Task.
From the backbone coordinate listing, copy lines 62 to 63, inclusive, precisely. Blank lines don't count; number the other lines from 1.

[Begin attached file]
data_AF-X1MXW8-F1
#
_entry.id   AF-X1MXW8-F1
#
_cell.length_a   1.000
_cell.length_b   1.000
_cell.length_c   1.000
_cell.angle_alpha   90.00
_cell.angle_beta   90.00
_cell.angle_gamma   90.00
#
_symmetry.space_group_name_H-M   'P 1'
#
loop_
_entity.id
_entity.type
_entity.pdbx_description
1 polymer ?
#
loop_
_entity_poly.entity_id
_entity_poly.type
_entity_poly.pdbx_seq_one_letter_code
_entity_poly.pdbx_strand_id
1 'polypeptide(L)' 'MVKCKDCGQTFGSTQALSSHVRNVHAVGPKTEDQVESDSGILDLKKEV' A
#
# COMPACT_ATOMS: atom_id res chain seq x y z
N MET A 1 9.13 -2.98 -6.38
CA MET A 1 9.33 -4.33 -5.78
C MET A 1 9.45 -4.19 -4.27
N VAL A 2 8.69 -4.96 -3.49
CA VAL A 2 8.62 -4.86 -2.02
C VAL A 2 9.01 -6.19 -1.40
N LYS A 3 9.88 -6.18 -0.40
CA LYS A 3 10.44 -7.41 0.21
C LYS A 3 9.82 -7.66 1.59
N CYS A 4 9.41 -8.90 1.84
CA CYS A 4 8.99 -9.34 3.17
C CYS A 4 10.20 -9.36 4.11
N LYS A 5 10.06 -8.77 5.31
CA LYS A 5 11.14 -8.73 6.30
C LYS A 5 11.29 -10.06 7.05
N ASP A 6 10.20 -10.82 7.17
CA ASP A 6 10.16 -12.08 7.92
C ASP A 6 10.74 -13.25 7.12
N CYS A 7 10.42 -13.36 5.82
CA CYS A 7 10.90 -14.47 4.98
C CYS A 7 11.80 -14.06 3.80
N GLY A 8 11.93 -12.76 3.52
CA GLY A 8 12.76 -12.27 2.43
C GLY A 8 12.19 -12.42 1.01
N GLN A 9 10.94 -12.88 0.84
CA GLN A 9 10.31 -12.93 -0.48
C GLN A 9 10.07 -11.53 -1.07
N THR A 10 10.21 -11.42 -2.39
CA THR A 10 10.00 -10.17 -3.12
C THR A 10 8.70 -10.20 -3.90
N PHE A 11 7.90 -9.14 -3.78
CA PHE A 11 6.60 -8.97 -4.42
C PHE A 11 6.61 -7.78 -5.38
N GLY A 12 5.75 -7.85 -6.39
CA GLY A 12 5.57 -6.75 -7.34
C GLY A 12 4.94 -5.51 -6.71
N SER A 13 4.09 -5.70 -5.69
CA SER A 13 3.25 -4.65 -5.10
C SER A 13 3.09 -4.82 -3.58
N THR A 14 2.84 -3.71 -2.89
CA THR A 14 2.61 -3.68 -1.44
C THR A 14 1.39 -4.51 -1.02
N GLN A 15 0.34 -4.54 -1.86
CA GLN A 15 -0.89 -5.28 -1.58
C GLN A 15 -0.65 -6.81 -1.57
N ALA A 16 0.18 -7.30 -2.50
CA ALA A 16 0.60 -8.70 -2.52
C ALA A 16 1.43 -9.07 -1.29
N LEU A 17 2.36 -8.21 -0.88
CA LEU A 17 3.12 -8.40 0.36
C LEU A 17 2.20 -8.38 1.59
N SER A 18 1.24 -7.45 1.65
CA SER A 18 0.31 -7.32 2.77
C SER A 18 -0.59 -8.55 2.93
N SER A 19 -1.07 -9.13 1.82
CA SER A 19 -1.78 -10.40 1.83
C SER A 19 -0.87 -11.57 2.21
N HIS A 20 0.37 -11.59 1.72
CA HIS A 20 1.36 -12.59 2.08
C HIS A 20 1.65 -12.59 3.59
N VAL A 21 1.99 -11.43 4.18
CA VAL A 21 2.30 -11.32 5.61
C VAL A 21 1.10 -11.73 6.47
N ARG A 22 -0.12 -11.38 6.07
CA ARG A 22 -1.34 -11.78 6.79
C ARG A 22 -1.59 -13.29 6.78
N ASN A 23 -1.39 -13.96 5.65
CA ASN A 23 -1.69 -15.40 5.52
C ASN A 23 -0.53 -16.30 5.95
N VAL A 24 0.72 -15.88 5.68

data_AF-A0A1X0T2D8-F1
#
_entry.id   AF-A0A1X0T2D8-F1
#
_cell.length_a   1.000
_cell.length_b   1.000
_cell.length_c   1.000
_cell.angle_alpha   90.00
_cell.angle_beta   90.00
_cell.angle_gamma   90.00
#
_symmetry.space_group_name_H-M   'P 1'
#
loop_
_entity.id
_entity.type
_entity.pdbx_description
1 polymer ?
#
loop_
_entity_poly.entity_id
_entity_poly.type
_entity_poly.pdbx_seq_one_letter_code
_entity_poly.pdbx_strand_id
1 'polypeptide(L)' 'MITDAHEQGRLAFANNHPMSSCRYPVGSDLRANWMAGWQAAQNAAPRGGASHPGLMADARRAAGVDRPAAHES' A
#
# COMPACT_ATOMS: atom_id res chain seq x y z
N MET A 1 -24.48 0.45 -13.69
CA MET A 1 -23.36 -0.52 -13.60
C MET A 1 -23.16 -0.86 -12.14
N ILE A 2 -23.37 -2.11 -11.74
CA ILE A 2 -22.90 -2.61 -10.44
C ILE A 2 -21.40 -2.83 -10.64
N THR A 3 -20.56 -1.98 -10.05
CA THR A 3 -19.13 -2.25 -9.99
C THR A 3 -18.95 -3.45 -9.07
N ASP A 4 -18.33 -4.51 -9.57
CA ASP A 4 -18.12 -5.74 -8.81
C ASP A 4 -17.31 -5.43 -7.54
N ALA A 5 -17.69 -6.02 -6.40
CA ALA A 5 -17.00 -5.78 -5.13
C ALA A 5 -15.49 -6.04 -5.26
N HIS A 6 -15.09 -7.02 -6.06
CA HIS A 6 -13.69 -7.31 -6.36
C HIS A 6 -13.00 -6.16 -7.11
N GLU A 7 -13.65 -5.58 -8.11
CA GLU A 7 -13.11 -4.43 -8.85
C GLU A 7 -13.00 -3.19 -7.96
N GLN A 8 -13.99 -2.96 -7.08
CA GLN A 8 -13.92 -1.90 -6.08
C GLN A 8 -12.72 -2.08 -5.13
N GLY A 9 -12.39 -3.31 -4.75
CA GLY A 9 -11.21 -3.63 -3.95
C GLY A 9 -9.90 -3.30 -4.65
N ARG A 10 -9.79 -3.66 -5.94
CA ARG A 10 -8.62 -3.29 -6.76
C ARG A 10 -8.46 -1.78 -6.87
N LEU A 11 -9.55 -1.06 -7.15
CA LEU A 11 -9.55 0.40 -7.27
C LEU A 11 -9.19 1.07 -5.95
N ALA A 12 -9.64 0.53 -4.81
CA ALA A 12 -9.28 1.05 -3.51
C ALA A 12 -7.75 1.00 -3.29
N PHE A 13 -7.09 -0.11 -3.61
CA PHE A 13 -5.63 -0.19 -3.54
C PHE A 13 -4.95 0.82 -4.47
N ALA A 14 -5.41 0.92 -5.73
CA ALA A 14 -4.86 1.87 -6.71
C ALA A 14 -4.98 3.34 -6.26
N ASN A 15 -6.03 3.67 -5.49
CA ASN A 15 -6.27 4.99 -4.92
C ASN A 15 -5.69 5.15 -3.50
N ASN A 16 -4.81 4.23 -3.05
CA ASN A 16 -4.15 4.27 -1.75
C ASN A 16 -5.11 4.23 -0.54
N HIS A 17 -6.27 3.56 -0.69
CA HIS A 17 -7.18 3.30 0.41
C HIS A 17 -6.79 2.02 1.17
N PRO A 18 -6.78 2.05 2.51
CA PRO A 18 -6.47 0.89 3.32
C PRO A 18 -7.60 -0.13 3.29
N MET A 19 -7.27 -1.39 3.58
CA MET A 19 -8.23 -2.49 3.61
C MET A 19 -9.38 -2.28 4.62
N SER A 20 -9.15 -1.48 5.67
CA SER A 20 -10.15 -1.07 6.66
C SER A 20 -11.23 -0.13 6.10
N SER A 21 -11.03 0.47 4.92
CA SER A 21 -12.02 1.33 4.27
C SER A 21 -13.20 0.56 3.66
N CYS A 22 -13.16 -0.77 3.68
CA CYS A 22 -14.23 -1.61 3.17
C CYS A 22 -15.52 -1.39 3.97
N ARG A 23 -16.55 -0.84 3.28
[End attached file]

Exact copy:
CA GLY A 12 5.57 -6.75 -7.34
C GLY A 12 4.94 -5.51 -6.71